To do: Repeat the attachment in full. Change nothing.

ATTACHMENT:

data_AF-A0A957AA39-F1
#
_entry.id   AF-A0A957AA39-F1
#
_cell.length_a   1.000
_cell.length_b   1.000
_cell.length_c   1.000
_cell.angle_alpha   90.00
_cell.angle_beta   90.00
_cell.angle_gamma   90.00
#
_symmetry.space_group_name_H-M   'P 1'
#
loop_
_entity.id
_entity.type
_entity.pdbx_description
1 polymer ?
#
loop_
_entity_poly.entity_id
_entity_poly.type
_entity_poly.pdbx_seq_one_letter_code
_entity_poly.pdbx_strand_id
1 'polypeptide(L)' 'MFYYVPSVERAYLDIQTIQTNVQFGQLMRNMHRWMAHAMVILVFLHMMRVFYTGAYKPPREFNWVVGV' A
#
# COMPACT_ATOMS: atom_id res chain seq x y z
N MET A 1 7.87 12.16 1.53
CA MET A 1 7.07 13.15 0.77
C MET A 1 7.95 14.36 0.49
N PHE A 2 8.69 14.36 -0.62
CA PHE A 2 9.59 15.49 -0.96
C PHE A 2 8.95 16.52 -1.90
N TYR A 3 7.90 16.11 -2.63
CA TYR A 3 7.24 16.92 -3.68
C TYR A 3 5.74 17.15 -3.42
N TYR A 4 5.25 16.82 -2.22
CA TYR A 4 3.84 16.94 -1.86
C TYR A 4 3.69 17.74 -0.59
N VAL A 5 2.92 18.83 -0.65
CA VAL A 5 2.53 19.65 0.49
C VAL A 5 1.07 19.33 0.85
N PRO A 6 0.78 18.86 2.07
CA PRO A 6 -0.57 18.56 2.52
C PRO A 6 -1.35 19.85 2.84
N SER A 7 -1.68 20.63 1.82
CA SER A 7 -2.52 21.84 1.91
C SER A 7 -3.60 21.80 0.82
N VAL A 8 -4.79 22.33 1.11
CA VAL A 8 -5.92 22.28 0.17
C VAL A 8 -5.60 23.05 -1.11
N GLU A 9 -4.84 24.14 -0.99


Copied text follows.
data_AF-A0A957AA39-F1
#
_entry.id   AF-A0A957AA39-F1
#
_cell.length_a   1.000
_cell.length_b   1.000
_cell.length_c   1.000
_cell.angle_alpha   90.00
_cell.angle_beta   90.00
_cell.angle_gamma   90.00
#
_symmetry.space_group_name_H-M   'P 1'
#
loop_
_entity.id
_entity.type
_entity.pdbx_description
1 polymer ?
#
loop_
_entity_poly.entity_id
_entity_poly.type
_entity_poly.pdbx_seq_one_letter_code
_entity_poly.pdbx_strand_id
1 'polypeptide(L)' 'MFYYVPSVERAYLDIQTIQTNVQFGQLMRNMHRWMAHAMVILVFLHMMRVFYTGAYKPPREFNWVVGV' A
#
# COMPACT_ATOMS: atom_id res chain seq x y z
N MET A 1 7.87 12.16 1.53
CA MET A 1 7.07 13.15 0.77
C MET A 1 7.95 14.36 0.49
N PHE A 2 8.69 14.36 -0.62
CA PHE A 2 9.59 15.49 -0.96
C PHE A 2 8.95 16.52 -1.90
N TYR A 3 7.90 16.11 -2.63
CA TYR A 3 7.24 16.92 -3.68
C TYR A 3 5.74 17.15 -3.42
N TYR A 4 5.25 16.82 -2.22
CA TYR A 4 3.84 16.94 -1.86
C TYR A 4 3.69 17.74 -0.59
N VAL A 5 2.92 18.83 -0.65
CA VAL A 5 2.53 19.65 0.49
C VAL A 5 1.07 19.33 0.85
N PRO A 6 0.78 18.86 2.07
CA PRO A 6 -0.57 18.56 2.52
C PRO A 6 -1.35 19.85 2.84
N SER A 7 -1.68 20.63 1.82
CA SER A 7 -2.52 21.84 1.91
C SER A 7 -3.60 21.80 0.82
N VAL A 8 -4.79 22.33 1.11
CA VAL A 8 -5.92 22.28 0.17
C VAL A 8 -5.60 23.05 -1.11
N GLU A 9 -4.84 24.14 -0.99